But if you're not fussed about this and you have a bit more time on your hands to delve deeper into stores then you're likely to save.

The Daily Mail found a 120g packet of dried apricots in Waitrose, for example, was £1.60 in the meal deal section (or £13.34 per kg).

But head to the baking section and you'd pay £5.25 for 500g – a cheaper £10.50 per kg. That's a 22% saving based on 1kg.

Supermarket loyalty schemes – which has one?

MOST UK supermarkets have loyalty schemes so customers can build up points and save money while they shop.

Here we round up what saving programmes you'll find at the big brands.

  • Iceland: Unlike other stores, you don't collect points with the Iceland Bonus Card. Instead, you load it up with money and Iceland will give you £1 for every £20 you save.
  • Morrisons: Morrisons' More gives customers five points per £1 spent in store. When customers earn 5,000 points they receive a £5 voucher.
  • Sainsbury's: While Sainsbury's doesn't have a personal scheme, it does own the Nectar card which can also be used in Argos, eBay and other shops. You need 200 Nectar points to save up £1 to spend on your card. You need to spend at least £1 to get one Nectar point.
  • Tesco: Tesco Clubcard has over 17million members in the UK alone. You use it each time you shop and build up points that can be turned into vouchers – 150 points gets you a £1.50 voucher. Here you need to spend £1 in Tesco to get one point.
  • Waitrose: myWaitrose also doesn't allow you to collect points but instead you'll get access to free hot drinks, and discounts off certain brands in store.

Meanwhile, pineapple chunks in the meal deal section of Waitrose cost £1.35 for 150g (90p per 100g), but head to the chopped fresh fruit aisle and it would cost £2 for 275g (73p per 100g) – a 19% saving based on 100g.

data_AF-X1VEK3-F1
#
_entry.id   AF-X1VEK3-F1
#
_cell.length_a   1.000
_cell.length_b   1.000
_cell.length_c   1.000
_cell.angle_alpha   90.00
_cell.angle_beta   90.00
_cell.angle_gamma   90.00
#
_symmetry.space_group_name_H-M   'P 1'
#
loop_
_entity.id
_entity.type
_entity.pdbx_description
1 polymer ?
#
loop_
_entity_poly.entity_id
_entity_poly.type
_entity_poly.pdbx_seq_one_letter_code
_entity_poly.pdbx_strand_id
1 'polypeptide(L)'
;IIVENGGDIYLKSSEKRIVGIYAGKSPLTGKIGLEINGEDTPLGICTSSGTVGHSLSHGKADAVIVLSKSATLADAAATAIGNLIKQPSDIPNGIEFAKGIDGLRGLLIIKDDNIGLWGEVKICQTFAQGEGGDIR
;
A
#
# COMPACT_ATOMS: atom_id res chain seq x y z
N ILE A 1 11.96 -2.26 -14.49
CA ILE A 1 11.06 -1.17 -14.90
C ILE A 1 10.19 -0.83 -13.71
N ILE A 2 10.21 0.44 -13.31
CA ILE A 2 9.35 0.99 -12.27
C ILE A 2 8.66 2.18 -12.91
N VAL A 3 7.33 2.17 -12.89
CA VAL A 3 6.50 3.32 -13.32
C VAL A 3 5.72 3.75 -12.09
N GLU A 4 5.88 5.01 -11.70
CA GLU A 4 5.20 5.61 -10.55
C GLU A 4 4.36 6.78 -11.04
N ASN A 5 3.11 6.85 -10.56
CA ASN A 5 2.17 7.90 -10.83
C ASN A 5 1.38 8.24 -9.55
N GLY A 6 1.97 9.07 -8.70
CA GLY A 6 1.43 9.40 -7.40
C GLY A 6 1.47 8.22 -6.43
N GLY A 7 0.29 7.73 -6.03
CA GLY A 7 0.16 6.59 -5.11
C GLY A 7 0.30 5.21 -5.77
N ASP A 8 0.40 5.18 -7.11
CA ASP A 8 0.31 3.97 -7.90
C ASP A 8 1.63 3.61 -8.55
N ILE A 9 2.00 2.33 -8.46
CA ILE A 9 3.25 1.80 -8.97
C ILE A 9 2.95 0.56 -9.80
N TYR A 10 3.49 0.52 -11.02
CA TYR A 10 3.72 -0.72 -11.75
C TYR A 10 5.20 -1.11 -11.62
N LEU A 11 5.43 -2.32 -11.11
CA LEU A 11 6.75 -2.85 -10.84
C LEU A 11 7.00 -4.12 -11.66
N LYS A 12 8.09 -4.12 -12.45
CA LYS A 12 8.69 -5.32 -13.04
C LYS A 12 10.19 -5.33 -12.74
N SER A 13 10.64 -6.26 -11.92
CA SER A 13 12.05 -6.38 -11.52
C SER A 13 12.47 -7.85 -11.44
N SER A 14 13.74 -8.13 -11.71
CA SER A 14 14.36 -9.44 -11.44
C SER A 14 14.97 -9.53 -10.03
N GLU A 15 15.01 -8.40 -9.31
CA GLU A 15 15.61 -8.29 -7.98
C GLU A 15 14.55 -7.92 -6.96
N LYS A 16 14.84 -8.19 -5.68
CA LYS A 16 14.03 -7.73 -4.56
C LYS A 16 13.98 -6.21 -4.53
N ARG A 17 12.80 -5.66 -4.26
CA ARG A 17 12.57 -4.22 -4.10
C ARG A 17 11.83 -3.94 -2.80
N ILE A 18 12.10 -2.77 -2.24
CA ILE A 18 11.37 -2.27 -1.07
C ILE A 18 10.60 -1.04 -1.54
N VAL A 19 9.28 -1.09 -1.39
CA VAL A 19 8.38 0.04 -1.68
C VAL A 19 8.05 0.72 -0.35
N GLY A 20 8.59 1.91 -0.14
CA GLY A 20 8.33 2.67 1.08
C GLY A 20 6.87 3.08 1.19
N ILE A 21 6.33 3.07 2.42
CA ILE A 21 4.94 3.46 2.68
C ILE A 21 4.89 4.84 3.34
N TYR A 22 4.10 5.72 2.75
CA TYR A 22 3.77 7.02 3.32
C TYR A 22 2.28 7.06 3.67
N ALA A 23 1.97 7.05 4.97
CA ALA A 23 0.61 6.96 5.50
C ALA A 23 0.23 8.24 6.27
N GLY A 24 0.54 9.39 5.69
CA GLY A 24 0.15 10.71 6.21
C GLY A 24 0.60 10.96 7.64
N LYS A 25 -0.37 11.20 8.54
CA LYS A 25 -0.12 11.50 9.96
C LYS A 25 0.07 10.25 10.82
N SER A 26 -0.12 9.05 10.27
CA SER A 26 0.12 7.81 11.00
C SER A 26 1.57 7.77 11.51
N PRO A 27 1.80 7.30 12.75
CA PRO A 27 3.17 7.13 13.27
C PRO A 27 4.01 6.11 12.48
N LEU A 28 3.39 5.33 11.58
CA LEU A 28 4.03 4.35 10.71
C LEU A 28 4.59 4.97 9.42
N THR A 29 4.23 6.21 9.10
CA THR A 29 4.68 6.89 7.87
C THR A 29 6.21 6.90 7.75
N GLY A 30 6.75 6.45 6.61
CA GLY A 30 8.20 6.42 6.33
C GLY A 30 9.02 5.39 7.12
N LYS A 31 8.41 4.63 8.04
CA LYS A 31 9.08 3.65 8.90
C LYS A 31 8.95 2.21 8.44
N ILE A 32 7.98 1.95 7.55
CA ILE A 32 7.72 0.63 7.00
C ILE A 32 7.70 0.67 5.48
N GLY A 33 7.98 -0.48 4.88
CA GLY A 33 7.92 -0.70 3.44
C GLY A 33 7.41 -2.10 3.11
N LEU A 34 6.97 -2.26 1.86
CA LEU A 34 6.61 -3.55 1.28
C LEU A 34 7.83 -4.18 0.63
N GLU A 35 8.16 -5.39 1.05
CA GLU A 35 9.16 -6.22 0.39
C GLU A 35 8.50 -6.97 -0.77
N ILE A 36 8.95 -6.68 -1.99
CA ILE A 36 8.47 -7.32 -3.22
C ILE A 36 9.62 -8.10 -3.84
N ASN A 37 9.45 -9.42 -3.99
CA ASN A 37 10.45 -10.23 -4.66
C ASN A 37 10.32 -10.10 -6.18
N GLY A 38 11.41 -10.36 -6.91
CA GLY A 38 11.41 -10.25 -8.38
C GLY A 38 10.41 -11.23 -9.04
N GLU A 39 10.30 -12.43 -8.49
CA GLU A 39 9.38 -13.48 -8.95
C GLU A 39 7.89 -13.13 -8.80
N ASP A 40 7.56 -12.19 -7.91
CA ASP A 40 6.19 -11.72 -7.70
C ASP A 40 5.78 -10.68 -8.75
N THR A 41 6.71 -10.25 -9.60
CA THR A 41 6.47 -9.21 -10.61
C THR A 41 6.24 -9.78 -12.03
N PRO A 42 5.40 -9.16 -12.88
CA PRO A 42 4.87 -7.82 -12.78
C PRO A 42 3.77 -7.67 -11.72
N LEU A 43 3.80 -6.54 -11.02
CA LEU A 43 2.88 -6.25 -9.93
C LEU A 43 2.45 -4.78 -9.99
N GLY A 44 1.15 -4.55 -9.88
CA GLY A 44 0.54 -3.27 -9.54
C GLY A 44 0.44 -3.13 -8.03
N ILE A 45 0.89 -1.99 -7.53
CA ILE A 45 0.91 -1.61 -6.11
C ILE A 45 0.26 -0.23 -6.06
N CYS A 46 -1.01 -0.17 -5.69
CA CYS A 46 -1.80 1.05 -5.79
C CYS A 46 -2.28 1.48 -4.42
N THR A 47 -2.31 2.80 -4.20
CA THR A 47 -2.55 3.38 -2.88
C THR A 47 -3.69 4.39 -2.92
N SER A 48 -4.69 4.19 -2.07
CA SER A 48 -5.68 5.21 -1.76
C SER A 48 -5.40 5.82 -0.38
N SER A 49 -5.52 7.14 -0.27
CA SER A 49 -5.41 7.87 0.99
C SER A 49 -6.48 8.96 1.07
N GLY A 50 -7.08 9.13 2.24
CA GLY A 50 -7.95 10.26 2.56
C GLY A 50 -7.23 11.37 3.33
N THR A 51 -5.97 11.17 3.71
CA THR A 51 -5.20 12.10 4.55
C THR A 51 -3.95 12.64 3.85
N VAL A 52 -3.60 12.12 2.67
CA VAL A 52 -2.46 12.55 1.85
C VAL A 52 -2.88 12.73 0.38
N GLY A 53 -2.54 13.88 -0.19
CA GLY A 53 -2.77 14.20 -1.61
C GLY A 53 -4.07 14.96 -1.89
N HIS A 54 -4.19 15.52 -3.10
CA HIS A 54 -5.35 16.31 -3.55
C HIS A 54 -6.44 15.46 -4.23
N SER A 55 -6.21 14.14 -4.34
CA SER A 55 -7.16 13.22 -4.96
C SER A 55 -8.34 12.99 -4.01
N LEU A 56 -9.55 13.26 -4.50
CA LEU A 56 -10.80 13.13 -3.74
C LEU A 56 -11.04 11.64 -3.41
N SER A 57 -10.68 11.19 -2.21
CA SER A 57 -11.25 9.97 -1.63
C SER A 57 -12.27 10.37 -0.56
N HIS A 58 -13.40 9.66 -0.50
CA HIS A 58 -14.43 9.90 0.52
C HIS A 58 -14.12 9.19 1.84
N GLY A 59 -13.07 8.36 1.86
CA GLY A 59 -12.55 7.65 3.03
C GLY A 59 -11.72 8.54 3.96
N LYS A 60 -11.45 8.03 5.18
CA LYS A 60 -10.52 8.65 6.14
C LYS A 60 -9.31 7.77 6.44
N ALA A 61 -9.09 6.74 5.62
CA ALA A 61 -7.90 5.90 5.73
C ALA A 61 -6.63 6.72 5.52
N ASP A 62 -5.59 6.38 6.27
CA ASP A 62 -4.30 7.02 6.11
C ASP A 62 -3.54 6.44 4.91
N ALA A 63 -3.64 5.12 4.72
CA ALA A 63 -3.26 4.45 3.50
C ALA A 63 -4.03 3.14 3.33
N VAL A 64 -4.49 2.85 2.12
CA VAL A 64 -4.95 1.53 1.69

On a similar vein, a litre of chilled apple juice from concentrate in Waitrose was 95p in the chilled drinks section compared to just 90p if you delve into the non-refrigerated soft drinks and juice aisle. That's a 5p or 5% saving.

Waitrose says some products used in the Mail's comparison are slightly different, while its larger pack sizes can offer customers better value.

Swap health foods for the bakery shelves

You're also better off hunting for healthy treats in the bakery aisle compared to the health foods section.

In Sainsbury's, the Daily Mail found walnut halves for £1.50 for 100g (£15 per kg) but these were £4 for 300g (£13.33 per kg) in the bakery aisle – an 11% saving based on the price per kg.

The supermarket told The Sun that sometimes bigger packs offer better value for customers, as is the case for its own-brand walnuts. 

But bear in mind the bakery section didn't come up top trumps every time.

The research found cocoa powder priced at £1.80 for 200g (£9 per kg) in the baking aisle, for example, compare to £2 for 250g (£8 per kg) in the hot drinks aisle – an 11% saving.

Be wary of the 'free from' shelves

Ms Shanahan told The Sun that shoppers should also be wary of the "free from' shelves for those suffering from certain food intolerances.

She said: "If you’re gluten-free, don’t make the "free from" aisle your first stop as you could pay a premium.

"Gluten-free products are dotted all around the supermarket, often without the hefty price tag – just remember to always read the labels carefully.” 

Check the bottom shelf

Another tip from is to check the bottom shelf as you could find larger versions of the same product that are better value.

It found ten branded items, including Heinz and Yorkshire Tea, that were better value based on grams on the bottom shelf compared to items at eye-level.

Again, its research is now slightly dated as it's from 2018 but it says the principle still stands stand.

Ms Shanahan said: “Stores tend to place more expensive items at average eye-level height, hoping we’ll grab and go. Crouch down and you could find bigger packs of the same brand, meaning more for your money per 100g/ml."

Another trick is to check the ingredients as last year we found supermarkets selling near identical products but charging more than double for own-brand items compared to value ranges.

We also spoke to one mum who's saved hundreds using scanners in Asda and Tesco to find discounts that aren't listed on shelf prices.

The Sun has contacted Morrisons and Tesco.